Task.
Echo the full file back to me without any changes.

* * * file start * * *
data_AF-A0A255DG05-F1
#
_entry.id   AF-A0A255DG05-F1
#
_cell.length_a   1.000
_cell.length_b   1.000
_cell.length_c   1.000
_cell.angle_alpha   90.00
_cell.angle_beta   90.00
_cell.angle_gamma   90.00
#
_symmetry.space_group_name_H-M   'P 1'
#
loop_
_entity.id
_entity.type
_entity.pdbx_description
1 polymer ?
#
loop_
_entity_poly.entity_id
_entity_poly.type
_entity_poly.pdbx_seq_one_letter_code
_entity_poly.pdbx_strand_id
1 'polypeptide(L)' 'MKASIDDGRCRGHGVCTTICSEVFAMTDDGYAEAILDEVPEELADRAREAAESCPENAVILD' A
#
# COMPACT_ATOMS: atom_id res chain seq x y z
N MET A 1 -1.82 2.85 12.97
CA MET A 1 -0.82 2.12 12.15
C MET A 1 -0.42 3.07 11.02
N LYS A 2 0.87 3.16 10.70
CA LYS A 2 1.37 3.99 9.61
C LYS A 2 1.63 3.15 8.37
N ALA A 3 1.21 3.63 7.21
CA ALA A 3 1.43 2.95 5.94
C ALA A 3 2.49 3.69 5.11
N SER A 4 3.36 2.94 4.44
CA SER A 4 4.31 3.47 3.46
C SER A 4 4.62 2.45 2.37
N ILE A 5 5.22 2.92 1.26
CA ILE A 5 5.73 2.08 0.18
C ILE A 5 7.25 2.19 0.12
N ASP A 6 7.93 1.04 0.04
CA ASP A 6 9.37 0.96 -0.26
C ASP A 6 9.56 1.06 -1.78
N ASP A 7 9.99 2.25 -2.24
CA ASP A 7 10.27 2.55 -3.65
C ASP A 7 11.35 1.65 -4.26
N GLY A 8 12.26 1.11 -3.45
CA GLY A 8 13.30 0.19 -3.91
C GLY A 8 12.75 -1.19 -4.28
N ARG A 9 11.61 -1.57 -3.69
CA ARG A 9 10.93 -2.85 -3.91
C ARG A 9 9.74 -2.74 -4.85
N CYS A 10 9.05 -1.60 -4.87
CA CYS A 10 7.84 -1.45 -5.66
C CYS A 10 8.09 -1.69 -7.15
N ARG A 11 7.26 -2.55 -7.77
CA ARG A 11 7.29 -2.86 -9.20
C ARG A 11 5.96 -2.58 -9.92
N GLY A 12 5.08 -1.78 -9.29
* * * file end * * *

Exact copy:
data_AF-A0A255DG05-F1
#
_entry.id   AF-A0A255DG05-F1
#
_cell.length_a   1.000
_cell.length_b   1.000
_cell.length_c   1.000
_cell.angle_alpha   90.00
_cell.angle_beta   90.00
_cell.angle_gamma   90.00
#
_symmetry.space_group_name_H-M   'P 1'
#
loop_
_entity.id
_entity.type
_entity.pdbx_description
1 polymer ?
#
loop_
_entity_poly.entity_id
_entity_poly.type
_entity_poly.pdbx_seq_one_letter_code
_entity_poly.pdbx_strand_id
1 'polypeptide(L)' 'MKASIDDGRCRGHGVCTTICSEVFAMTDDGYAEAILDEVPEELADRAREAAESCPENAVILD' A
#
# COMPACT_ATOMS: atom_id res chain seq x y z
N MET A 1 -1.82 2.85 12.97
CA MET A 1 -0.82 2.12 12.15
C MET A 1 -0.42 3.07 11.02
N LYS A 2 0.87 3.16 10.70
CA LYS A 2 1.37 3.99 9.61
C LYS A 2 1.63 3.15 8.37
N ALA A 3 1.21 3.63 7.21
CA ALA A 3 1.43 2.95 5.94
C ALA A 3 2.49 3.69 5.11
N SER A 4 3.36 2.94 4.44
CA SER A 4 4.31 3.47 3.46
C SER A 4 4.62 2.45 2.37
N ILE A 5 5.22 2.92 1.26
CA ILE A 5 5.73 2.08 0.18
C ILE A 5 7.25 2.19 0.12
N ASP A 6 7.93 1.04 0.04
CA ASP A 6 9.37 0.96 -0.26
C ASP A 6 9.56 1.06 -1.78
N ASP A 7 9.99 2.25 -2.24
CA ASP A 7 10.27 2.55 -3.65
C ASP A 7 11.35 1.65 -4.26
N GLY A 8 12.26 1.11 -3.45
CA GLY A 8 13.30 0.19 -3.91
C GLY A 8 12.75 -1.19 -4.28
N ARG A 9 11.61 -1.57 -3.69
CA ARG A 9 10.93 -2.85 -3.91
C ARG A 9 9.74 -2.74 -4.85
N CYS A 10 9.05 -1.60 -4.87
CA CYS A 10 7.84 -1.45 -5.66
C CYS A 10 8.09 -1.69 -7.15
N ARG A 11 7.26 -2.55 -7.77
CA ARG A 11 7.29 -2.86 -9.20
C ARG A 11 5.96 -2.58 -9.92
N GLY A 12 5.08 -1.78 -9.29